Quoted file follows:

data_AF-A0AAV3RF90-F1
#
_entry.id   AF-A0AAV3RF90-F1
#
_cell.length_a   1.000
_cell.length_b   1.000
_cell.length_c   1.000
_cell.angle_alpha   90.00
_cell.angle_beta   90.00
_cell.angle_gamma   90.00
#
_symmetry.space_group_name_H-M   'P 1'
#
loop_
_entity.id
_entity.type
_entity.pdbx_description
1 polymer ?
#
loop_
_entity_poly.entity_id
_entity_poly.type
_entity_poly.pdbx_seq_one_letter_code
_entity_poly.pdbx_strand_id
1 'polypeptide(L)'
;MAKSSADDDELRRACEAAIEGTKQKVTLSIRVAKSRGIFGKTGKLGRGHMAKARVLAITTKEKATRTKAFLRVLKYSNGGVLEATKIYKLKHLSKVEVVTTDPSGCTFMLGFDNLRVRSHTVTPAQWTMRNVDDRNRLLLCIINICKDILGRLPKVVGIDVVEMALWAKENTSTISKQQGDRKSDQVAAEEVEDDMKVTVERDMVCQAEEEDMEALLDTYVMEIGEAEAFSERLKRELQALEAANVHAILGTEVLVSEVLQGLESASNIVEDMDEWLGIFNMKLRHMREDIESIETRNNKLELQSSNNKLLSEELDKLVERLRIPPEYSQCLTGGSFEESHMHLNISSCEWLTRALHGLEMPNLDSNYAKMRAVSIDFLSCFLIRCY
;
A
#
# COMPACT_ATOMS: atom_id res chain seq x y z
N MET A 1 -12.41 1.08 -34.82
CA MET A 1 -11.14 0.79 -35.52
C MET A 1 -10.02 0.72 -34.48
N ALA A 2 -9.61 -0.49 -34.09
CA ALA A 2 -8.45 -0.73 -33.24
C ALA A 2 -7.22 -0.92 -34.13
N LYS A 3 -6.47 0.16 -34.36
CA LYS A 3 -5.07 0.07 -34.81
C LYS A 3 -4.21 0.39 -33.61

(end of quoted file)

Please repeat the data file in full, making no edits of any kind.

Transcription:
data_AF-A0AAV3RF90-F1
#
_entry.id   AF-A0AAV3RF90-F1
#
_cell.length_a   1.000
_cell.length_b   1.000
_cell.length_c   1.000
_cell.angle_alpha   90.00
_cell.angle_beta   90.00
_cell.angle_gamma   90.00
#
_symmetry.space_group_name_H-M   'P 1'
#
loop_
_entity.id
_entity.type
_entity.pdbx_description
1 polymer ?
#
loop_
_entity_poly.entity_id
_entity_poly.type
_entity_poly.pdbx_seq_one_letter_code
_entity_poly.pdbx_strand_id
1 'polypeptide(L)'
;MAKSSADDDELRRACEAAIEGTKQKVTLSIRVAKSRGIFGKTGKLGRGHMAKARVLAITTKEKATRTKAFLRVLKYSNGGVLEATKIYKLKHLSKVEVVTTDPSGCTFMLGFDNLRVRSHTVTPAQWTMRNVDDRNRLLLCIINICKDILGRLPKVVGIDVVEMALWAKENTSTISKQQGDRKSDQVAAEEVEDDMKVTVERDMVCQAEEEDMEALLDTYVMEIGEAEAFSERLKRELQALEAANVHAILGTEVLVSEVLQGLESASNIVEDMDEWLGIFNMKLRHMREDIESIETRNNKLELQSSNNKLLSEELDKLVERLRIPPEYSQCLTGGSFEESHMHLNISSCEWLTRALHGLEMPNLDSNYAKMRAVSIDFLSCFLIRCY
;
A
#
# COMPACT_ATOMS: atom_id res chain seq x y z
N MET A 1 -12.41 1.08 -34.82
CA MET A 1 -11.14 0.79 -35.52
C MET A 1 -10.02 0.72 -34.48
N ALA A 2 -9.61 -0.49 -34.09
CA ALA A 2 -8.45 -0.73 -33.24
C ALA A 2 -7.22 -0.92 -34.13
N LYS A 3 -6.47 0.16 -34.36
CA LYS A 3 -5.07 0.07 -34.81
C LYS A 3 -4.21 0.39 -33.61